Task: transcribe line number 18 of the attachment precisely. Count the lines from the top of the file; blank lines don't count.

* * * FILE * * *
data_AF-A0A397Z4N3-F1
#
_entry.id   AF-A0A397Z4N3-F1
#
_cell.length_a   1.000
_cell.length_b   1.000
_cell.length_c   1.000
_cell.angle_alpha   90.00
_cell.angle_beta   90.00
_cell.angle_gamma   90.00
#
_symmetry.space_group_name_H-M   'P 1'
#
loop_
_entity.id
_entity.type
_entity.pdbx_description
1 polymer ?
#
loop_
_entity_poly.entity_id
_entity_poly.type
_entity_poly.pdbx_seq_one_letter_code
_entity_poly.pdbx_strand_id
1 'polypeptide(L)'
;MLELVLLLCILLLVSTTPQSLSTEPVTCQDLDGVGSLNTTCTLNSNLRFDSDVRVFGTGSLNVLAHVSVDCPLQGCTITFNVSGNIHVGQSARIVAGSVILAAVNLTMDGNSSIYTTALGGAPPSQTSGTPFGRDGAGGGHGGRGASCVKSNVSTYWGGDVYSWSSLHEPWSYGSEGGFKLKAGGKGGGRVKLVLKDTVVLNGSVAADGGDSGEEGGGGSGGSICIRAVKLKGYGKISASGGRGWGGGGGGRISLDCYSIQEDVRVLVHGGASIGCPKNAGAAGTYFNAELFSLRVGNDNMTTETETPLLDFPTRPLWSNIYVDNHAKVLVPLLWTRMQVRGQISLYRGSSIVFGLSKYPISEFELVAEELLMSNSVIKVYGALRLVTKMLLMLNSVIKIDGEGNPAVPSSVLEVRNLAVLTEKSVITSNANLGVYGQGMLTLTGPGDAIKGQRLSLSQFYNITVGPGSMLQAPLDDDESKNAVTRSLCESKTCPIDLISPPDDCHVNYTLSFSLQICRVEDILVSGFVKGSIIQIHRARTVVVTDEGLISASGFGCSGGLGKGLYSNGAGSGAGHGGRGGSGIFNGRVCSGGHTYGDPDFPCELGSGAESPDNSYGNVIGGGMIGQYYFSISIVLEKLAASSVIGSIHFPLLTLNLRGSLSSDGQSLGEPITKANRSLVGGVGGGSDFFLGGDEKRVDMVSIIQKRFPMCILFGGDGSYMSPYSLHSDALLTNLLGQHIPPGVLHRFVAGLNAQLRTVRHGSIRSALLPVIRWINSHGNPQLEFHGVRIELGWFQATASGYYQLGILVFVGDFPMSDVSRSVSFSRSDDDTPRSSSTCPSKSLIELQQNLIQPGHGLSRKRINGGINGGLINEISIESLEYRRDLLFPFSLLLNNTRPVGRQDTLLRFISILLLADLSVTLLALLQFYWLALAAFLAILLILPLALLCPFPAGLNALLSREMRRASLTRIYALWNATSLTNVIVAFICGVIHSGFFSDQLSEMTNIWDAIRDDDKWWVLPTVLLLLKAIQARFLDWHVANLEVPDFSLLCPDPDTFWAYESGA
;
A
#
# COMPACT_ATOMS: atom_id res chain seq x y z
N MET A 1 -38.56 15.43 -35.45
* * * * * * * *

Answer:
1 polymer ?